Venice is full of statues. The Garden of Angels was prompted by one most people miss. It’s the figure of a woman in a shroud, set by the vaporetto stop called Giardini next to a waterfront promenade called the Riva dei Partigiani – the shore of the partisans.
The work is known as the Monument to the Partisan Woman, a tribute to the resistance fighters who fought both the Nazis and the Italian Fascists during World War Two. The fact it’s half-hidden, wreathed in seaweed, drowned often by the Venetian tide, unseen by most of those that pass, lies at the very heart of this story. As I quote Angela Merkel in the book’s epigraph, ‘When the generation that survived the war is no longer with us, then we’ll find out whether we’ve learned from history.’
The story begins in 1999 when Nico Uccello, a fifteen year old Venetian, son of a family made wealthy by its luxury weaving business, goes to see his grandfather Paolo in hospital. Nico has been suspended from school after an incident in which a Jewish pupil was being bullied. Paolo has a lesson for him, one he will deliver from his deathbed. It’s the story of what happened to him during one week of the Nazi occupation of Venice in 1943, a tale delivered part by part each day so that Nico must work to understand the dark and shifting story his grandfather has to tell.
Venice found itself in a strange situation during World War Two. The city was of no strategic importance to either side, and the Allies had quietly decided it would never bomb such an international jewel, even though it was perfectly willing to rain intense destruction on civilian communities elsewhere in the country. Instead, Venice became almost a holiday outpost for both Nazis and Fascists. There was still opera and theatre, fine restaurants, and the beauty of the canals and palazzi. At the other end of the spectrum there were brothels, drinking dens and gambling clubs for the new invaders.
But the war still carried on, and Venice was not without its partisans. From time to time there would be attacks on German soldiers and institutions, followed by harsh reprisals. One of the principal headquarters of the occupation, Ca’ Giustinian on the Grand Canal, was bombed by the partisans in 1944, killing several occupants. The Nazis retaliated by taking thirteen prisoners from jail and shooting them amidst the rubble. And today it’s the headquarters of the Biennale, with a fine cafe where you can take a cappuccino by the Grand Canal, yards from where those brave partisans were shot.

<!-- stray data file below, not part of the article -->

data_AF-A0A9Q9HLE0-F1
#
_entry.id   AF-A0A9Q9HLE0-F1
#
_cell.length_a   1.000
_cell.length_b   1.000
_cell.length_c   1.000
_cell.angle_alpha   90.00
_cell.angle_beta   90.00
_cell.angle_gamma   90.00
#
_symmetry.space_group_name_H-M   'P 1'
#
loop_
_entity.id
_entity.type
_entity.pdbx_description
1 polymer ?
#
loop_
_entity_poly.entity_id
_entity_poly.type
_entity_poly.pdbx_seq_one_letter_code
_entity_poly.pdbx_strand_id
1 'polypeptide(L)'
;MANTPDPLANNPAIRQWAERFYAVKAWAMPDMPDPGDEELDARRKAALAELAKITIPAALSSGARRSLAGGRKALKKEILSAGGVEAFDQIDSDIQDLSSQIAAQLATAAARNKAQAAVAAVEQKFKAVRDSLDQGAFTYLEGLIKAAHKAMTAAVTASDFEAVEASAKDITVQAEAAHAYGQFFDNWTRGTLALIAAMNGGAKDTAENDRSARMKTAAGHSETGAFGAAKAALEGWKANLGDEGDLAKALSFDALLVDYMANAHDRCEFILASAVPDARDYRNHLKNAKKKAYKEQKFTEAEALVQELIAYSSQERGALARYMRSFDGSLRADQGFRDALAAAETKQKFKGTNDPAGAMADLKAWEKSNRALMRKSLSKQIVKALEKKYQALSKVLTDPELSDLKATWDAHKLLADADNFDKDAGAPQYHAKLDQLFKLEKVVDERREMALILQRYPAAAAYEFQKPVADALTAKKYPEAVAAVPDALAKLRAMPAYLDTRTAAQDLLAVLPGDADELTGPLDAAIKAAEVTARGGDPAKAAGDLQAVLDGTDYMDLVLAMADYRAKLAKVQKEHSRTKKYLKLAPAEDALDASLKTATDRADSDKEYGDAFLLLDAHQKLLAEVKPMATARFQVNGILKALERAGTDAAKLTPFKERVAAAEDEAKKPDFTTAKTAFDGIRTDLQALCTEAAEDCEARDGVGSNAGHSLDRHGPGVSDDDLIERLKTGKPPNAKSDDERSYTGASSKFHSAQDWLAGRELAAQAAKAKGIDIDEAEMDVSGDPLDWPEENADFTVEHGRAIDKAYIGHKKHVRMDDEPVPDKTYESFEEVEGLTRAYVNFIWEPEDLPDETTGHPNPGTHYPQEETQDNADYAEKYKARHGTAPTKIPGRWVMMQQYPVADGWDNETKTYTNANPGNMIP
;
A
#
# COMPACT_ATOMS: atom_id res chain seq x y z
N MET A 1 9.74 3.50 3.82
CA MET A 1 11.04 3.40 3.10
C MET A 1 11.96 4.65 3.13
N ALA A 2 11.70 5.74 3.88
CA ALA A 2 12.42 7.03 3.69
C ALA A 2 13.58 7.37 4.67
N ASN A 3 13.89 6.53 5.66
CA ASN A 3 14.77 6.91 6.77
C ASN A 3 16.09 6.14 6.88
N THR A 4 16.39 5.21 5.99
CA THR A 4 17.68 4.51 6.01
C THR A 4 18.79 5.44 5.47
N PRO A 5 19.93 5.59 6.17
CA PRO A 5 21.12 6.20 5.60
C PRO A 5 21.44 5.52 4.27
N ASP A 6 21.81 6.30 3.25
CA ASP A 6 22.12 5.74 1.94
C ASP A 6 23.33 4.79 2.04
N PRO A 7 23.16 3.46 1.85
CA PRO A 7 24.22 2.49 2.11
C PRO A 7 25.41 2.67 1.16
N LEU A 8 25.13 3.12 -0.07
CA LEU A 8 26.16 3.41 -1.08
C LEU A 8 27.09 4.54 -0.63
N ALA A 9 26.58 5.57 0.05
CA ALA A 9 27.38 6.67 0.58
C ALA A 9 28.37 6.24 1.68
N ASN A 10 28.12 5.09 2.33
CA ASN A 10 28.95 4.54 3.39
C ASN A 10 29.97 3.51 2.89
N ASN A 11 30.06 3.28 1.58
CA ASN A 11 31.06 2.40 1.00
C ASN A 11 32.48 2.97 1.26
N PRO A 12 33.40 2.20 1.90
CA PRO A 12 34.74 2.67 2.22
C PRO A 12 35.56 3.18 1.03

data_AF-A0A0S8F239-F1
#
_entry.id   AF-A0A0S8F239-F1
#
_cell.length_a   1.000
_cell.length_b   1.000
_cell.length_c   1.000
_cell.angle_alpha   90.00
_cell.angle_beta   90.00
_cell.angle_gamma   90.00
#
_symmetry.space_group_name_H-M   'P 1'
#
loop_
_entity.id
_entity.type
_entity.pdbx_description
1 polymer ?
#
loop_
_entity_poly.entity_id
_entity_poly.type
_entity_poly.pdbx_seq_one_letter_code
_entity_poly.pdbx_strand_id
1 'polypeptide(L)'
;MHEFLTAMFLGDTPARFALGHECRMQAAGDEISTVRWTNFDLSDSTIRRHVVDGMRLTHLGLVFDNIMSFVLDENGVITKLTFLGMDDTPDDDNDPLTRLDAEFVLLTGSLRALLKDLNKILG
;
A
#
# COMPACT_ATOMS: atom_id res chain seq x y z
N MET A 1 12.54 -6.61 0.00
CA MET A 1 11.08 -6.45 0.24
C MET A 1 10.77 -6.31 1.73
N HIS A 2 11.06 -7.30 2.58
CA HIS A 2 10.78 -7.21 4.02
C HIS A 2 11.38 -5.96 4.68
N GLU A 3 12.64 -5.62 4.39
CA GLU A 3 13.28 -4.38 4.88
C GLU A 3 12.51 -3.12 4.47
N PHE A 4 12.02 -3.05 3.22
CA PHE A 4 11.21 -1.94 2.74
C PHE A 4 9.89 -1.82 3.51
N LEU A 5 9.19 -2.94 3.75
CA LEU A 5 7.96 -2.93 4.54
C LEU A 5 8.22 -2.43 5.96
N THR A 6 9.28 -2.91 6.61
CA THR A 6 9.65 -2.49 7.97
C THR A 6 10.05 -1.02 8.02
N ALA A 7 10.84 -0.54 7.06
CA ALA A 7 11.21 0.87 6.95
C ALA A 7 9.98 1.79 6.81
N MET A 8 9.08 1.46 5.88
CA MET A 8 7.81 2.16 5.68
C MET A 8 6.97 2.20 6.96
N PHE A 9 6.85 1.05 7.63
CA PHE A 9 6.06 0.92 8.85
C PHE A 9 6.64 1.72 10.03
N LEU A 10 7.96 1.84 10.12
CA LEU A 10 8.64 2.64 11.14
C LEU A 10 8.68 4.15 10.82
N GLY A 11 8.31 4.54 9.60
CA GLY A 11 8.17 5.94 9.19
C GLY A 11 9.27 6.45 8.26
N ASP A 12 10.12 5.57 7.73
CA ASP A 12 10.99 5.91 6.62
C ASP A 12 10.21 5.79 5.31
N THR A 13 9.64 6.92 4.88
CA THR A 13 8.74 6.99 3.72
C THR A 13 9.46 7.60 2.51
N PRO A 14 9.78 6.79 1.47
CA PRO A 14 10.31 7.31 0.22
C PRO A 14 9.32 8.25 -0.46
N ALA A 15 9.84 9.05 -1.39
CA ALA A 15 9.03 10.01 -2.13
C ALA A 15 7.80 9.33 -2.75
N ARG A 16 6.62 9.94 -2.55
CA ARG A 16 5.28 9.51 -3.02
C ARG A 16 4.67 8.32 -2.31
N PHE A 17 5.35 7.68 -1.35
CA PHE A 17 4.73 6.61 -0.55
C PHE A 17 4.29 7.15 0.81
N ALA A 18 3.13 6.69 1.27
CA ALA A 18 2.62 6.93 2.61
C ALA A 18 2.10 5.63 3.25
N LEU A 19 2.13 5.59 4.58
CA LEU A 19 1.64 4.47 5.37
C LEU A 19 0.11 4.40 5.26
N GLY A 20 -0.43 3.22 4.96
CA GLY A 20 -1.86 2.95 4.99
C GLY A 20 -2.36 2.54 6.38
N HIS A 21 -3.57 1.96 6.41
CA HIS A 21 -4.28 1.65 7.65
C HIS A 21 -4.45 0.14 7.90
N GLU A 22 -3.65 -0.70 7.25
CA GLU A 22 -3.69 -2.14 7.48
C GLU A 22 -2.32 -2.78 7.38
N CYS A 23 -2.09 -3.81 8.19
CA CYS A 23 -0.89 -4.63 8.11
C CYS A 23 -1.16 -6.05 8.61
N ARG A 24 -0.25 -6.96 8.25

Not long after the Germans seized control the attacks on the city’s Jewish community began, with round-ups, imprisonments, long train journeys to concentration camps in Germany – from which there was rarely any return. Venice was the home of the first ghetto – now a historic quarter of the city in Cannaregio. It was no stranger to the persecution of the Jews.
Paolo Uccello’s recollections of the war place his grandson back in a time he barely knows and a city he both recognises and finds foreign. The places he walks through on the way to see his grandfather in the great hospital of Giovanni e Paolo are the same ones the young Paolo Uccello scuttled along trying to avoid the Germans and stay alive. When the story starts Paolo’s an orphan – his parents have been recently killed in an Allied air raid in Verona. He’s inherited a failing velvet weaving operation down to three looms – with only himself and a friendly skilled weaver, Chiara Vecchi, to work on the one commission he has.
Then a local priest approaches him and asks for a favour. He wants Paolo to take in two Jewish partisans, Vanni and Mika Artom, brother and sister, on the run from the Fascists. Just for a day or two and they promise not to set foot outside Paolo’s home, a ramshackle building in the ruins of an old palazzo at the very edge of the city near the island of San Pietro. A hidden refuge known as the Giardini degli Angeli, the Garden of Angels.